Sonnet 33: Full many a glorious morning have I seen

As spring begins to blossom in full force, we turn to William Shakespeare’s Sonnet 33, which uses nature as a powerful example of the changes inherent in life and how we can choose to address them.

As you read through this sonnet, consider why Shakespeare chose to describe the nature of a relationship with the scene of a beautiful sky that suddenly changes to one of gloomy overcast. Do you think that such a scene suggests the necessity of accepting the change in our lives, or do you find that it suggests more the necessity of embracing life’s moments of beauty? Whichever you choose, do you believe the speaker has accomplished that by the end of the sonnet?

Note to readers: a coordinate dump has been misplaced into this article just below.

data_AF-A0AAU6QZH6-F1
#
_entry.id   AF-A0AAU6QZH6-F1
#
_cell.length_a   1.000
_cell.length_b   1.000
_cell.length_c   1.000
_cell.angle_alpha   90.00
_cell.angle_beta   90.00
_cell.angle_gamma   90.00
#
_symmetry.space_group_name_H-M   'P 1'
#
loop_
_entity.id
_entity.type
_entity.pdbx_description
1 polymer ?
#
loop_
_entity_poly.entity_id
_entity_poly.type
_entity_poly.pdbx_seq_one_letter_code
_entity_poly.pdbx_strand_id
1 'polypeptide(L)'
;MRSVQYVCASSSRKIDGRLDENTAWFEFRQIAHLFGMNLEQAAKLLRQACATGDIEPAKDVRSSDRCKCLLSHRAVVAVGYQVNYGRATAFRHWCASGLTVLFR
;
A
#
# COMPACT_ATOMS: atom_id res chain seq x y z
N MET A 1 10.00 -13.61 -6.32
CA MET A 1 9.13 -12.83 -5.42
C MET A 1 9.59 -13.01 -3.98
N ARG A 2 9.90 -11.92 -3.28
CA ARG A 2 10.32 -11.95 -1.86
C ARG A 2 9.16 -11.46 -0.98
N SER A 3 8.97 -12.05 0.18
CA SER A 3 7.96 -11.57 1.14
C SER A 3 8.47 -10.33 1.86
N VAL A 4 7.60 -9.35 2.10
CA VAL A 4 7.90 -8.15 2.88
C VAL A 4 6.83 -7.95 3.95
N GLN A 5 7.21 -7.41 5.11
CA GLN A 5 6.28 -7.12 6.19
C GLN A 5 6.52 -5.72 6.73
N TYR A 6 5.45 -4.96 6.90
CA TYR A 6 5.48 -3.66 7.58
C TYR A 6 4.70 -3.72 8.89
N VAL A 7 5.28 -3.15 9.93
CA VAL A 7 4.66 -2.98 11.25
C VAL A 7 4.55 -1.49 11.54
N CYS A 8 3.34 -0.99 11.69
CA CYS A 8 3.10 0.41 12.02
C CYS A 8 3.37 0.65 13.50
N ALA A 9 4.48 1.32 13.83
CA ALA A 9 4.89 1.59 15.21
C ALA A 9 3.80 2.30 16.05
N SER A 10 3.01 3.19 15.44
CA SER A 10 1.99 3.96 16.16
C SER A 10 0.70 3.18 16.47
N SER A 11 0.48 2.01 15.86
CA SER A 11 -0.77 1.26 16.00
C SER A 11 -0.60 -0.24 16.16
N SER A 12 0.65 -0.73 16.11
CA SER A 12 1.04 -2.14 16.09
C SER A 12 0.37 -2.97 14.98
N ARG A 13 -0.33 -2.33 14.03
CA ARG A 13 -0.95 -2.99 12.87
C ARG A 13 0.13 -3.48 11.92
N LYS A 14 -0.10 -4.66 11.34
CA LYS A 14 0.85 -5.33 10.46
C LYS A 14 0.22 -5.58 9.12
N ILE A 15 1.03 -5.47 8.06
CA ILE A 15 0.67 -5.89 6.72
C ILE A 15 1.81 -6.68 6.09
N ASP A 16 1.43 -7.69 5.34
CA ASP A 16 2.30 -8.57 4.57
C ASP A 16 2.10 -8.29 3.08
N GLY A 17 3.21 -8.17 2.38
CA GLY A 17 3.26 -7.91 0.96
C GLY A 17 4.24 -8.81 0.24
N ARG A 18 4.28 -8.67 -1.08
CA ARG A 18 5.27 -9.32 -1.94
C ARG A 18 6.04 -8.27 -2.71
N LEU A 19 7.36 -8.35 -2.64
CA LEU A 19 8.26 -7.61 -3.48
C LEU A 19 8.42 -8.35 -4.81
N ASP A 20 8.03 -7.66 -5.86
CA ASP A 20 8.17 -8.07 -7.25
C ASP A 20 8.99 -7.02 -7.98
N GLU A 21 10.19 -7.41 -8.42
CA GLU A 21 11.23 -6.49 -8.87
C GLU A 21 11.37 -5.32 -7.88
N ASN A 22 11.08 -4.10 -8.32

Full many a glorious morning have I seen
Flatter the mountain-tops with sovereign eye,
Kissing with golden face the meadows green,
Gilding pale streams with heavenly alchemy;
Anon permit the basest clouds to ride
With ugly rack on his celestial face,
And from the forlorn world his visage hide,
Stealing unseen to west with this disgrace:
Even so my sun one early morn did shine
With all triumphant splendor on my brow;
But out! alack! he was but one hour mine,
The region cloud hath mask’d him from me now.
Yet him for this my love no whit disdaineth;
Suns of the world may stain when heaven’s sun staineth.


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